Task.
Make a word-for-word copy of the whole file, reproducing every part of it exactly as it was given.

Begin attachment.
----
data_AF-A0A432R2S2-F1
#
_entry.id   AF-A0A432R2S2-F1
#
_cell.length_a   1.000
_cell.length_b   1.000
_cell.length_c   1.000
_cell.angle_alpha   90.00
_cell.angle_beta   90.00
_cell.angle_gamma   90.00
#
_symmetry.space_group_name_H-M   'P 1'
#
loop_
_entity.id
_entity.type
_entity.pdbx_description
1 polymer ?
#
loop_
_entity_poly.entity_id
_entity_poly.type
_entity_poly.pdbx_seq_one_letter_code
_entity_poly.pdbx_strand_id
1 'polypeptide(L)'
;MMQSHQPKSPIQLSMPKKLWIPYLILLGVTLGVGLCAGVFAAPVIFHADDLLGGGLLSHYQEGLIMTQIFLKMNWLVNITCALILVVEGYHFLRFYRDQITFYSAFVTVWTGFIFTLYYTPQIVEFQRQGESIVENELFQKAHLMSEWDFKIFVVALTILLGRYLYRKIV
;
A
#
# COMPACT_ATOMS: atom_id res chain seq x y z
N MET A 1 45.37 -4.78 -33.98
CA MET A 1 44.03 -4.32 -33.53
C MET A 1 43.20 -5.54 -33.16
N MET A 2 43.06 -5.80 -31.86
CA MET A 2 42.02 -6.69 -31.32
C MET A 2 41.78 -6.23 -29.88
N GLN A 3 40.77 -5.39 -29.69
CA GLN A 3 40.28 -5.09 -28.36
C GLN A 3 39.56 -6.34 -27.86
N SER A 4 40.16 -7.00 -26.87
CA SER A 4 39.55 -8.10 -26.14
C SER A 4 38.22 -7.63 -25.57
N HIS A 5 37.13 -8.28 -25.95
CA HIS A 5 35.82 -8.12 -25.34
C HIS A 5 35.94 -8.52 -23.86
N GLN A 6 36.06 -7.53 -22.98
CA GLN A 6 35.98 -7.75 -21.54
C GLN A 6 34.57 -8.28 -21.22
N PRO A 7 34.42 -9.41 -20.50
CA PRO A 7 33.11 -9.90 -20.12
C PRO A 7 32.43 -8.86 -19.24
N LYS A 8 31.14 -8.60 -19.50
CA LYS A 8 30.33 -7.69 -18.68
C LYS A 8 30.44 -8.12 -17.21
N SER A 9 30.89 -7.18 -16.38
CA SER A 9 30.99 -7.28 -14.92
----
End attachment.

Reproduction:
data_AF-A0A432R2S2-F1
#
_entry.id   AF-A0A432R2S2-F1
#
_cell.length_a   1.000
_cell.length_b   1.000
_cell.length_c   1.000
_cell.angle_alpha   90.00
_cell.angle_beta   90.00
_cell.angle_gamma   90.00
#
_symmetry.space_group_name_H-M   'P 1'
#
loop_
_entity.id
_entity.type
_entity.pdbx_description
1 polymer ?
#
loop_
_entity_poly.entity_id
_entity_poly.type
_entity_poly.pdbx_seq_one_letter_code
_entity_poly.pdbx_strand_id
1 'polypeptide(L)'
;MMQSHQPKSPIQLSMPKKLWIPYLILLGVTLGVGLCAGVFAAPVIFHADDLLGGGLLSHYQEGLIMTQIFLKMNWLVNITCALILVVEGYHFLRFYRDQITFYSAFVTVWTGFIFTLYYTPQIVEFQRQGESIVENELFQKAHLMSEWDFKIFVVALTILLGRYLYRKIV
;
A
#
# COMPACT_ATOMS: atom_id res chain seq x y z
N MET A 1 45.37 -4.78 -33.98
CA MET A 1 44.03 -4.32 -33.53
C MET A 1 43.20 -5.54 -33.16
N MET A 2 43.06 -5.80 -31.86
CA MET A 2 42.02 -6.69 -31.32
C MET A 2 41.78 -6.23 -29.88
N GLN A 3 40.77 -5.39 -29.69
CA GLN A 3 40.28 -5.09 -28.36
C GLN A 3 39.56 -6.34 -27.86
N SER A 4 40.16 -7.00 -26.87
CA SER A 4 39.55 -8.10 -26.14
C SER A 4 38.22 -7.63 -25.57
N HIS A 5 37.13 -8.28 -25.95
CA HIS A 5 35.82 -8.12 -25.34
C HIS A 5 35.94 -8.52 -23.86
N GLN A 6 36.06 -7.53 -22.98
CA GLN A 6 35.98 -7.75 -21.54
C GLN A 6 34.57 -8.28 -21.22
N PRO A 7 34.42 -9.41 -20.50
CA PRO A 7 33.11 -9.90 -20.12
C PRO A 7 32.43 -8.86 -19.24
N LYS A 8 31.14 -8.60 -19.50
CA LYS A 8 30.33 -7.69 -18.68
C LYS A 8 30.44 -8.12 -17.21
N SER A 9 30.89 -7.18 -16.38
CA SER A 9 30.99 -7.28 -14.92